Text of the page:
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Brandt v. Honnecke

United States District Court, D. Colorado

September 28, 2018

STEVEN LEE BRANDT, an individual, JAMES CLAY WALTERS, an individual, and COLORADO BOX COMPANY, INC., a Colorado corporation, Plaintiffs,
VON HONNECKE, an individual, CHASE HONNECKE, an individual, and S & H SHEET METAL, INC., a Colorado corporation, Defendants.



         This matter is before the Court on Plaintiffs' Motion to Exclude Opinions of Messrs. Honnecke and Gardner (the “Motion”) (ECF No. 125), seeking to exclude Defendants' two non-retained experts Von Honnecke and Tom Gardner. Defendants have filed a Response, to which Plaintiffs have filed a Reply. (ECF Nos. 136, 141.) The Motion is ripe for resolution.[1]

         I. BACKGROUND

         Plaintiffs accuse Defendants of infringing U.S. Patent No. 8, 999, 029 (the “'029 Patent”), raising claims of direct infringement, inducing infringement, and contributory infringement. Defendants raise numerous defenses and counterclaims of noninfringement, invalidity, and unenforceability of the '029 Patent. Plaintiffs served affirmative expert reports from Michael Aitkin[2] (infringement) and Mark Pedigo (damages) on or about August 29, 2017, the deadline for affirmative expert disclosures. Thereafter, on September 29, 2017, the rebuttal expert disclosure deadline, Defendants served two Fed.R.Civ.P. 26(a)(2)(C) disclosures (hereafter, “Reports”), one of Mr. Honnecke and one of Mr. Gardner. Messrs. Honnecke and Gardner are offered as rebuttal experts on the issues of infringement, enforceability, and validity. Mr. Honnecke is also offered as a rebuttal expert on the issue of damages. Mr. Gardner is also offered to testify under Fed.R.Evid. 701.

         Plaintiffs' Motion seeks to exclude Messrs. Honnecke's and Gardner's testimony based on the following arguments: (1) 10 of the 13 proffered topics allegedly relating to “infringement, validity, and enforceability” are not proper rebuttal but, instead, untimely affirmative testimony; (2) they are not qualified to testify regarding the topics addressed; and (3) their testimony is based on assumptions and speculation, is biased, and is unreliable. Defendants argue otherwise.[3]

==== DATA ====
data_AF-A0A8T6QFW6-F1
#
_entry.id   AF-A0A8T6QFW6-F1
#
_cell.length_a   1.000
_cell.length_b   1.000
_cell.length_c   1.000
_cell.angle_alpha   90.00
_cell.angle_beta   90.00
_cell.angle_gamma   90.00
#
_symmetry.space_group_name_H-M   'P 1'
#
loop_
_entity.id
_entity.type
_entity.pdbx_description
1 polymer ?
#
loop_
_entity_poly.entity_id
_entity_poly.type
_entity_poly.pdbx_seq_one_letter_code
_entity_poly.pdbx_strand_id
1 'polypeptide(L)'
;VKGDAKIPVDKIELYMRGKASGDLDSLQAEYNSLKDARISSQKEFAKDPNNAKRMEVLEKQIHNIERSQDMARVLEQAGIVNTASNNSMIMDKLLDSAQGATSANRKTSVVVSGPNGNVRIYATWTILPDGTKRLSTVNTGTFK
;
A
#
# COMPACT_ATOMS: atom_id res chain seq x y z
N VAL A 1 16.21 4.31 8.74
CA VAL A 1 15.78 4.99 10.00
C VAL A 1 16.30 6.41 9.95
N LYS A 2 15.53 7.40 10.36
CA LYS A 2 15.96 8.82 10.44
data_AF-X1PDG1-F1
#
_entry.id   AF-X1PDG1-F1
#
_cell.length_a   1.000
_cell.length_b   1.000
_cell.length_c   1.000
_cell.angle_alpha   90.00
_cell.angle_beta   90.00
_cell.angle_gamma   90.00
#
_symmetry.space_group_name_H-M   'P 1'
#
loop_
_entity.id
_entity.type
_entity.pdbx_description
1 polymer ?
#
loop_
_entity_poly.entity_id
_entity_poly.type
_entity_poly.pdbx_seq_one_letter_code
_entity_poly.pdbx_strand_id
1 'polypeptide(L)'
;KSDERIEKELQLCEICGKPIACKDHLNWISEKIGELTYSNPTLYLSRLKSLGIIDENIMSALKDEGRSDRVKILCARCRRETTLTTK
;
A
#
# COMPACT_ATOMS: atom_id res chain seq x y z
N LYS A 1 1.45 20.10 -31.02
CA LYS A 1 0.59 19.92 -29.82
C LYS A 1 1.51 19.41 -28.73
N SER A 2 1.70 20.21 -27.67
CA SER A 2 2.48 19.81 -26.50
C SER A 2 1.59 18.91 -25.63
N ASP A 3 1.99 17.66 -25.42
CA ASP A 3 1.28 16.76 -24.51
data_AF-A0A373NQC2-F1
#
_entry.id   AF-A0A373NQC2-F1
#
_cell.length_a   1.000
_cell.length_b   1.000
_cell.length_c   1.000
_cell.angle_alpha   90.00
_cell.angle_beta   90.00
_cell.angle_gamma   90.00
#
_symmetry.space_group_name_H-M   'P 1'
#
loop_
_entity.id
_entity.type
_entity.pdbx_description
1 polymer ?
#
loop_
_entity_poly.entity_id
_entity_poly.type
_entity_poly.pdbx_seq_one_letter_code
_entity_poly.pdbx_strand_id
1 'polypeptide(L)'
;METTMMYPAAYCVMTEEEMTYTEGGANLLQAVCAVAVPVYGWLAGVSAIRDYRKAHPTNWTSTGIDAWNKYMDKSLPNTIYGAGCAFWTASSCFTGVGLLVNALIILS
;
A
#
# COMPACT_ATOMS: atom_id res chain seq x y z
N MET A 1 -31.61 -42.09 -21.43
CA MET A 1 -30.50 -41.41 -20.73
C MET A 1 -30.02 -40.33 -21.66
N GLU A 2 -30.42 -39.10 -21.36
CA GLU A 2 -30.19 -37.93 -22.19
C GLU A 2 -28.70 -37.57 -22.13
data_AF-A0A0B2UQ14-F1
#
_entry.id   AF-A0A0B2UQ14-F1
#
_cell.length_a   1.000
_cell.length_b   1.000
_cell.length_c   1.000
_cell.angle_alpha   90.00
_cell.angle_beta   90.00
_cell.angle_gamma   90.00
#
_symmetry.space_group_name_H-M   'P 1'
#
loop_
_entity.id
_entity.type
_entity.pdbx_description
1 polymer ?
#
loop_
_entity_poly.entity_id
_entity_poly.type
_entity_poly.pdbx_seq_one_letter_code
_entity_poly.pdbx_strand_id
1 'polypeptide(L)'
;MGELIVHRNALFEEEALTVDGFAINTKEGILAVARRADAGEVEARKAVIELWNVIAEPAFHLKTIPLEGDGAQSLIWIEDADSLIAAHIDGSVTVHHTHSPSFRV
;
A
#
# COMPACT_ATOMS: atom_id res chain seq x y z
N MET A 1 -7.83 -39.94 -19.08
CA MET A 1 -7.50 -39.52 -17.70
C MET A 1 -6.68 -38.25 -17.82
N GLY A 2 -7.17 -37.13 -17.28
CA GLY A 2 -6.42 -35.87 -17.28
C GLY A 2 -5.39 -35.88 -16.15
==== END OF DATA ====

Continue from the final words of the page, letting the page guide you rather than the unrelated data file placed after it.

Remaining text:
A. Rebuttal and Fed.R.Civ.P. 26

         Rebuttal evidence is that “intended solely to contradict or rebut evidence on the same subject matter identified by another party.” Fed.R.Civ.P. 26(a)(2)(D)(ii). Thus, rebuttal reports are by nature responsive and necessitate a showing supporting the opposite conclusion of those which the opposing party's expert arrived at in his report. See 103 Investors I, L.P. v. Square D. Co., 372 F.3d 1213, 1217-18 (10th Cir. 2004) (expert report proper rebuttal where “its main thrust was to rebut” opposing expert's assertions). They are not the place for presenting new arguments, 1-800 Contacts, Inc. v. Lens. com, Inc., 755 F.Supp.2d 1151, 1167 (D. Utah 2010), rev'd in part on other grounds, 722 F.3d 1229 (10th Cir. 2013), or raising subjects which were not addressed in the expert report purportedly being rebutted, see Deseret Mgmt. Corp. v. United States, 97 Fed.Cl. 272, 274 (Fed. Cir. 2011) (rebuttal expert report must address the same subject matter as the report it contradicts). Accordingly, those parts of an expert's rebuttal report that address subjects that were not addressed in the affirmative expert report purportedly being rebutted should be excluded. Plumley v. Mockett, 826 F.Supp.2d 1053, 1065 (C.D. Cal. 2010) (citing First Years, Inc. v. Munchkin, Inc., 575 F.Supp.2d 1002, 1008 (W.D. Wisc. 2008)); D'Andrea Bros. LLC v. United States, No. 08-286C, 2012 WL 644010, at *3 (Fed. Cl. Feb. 10, 2012) (same).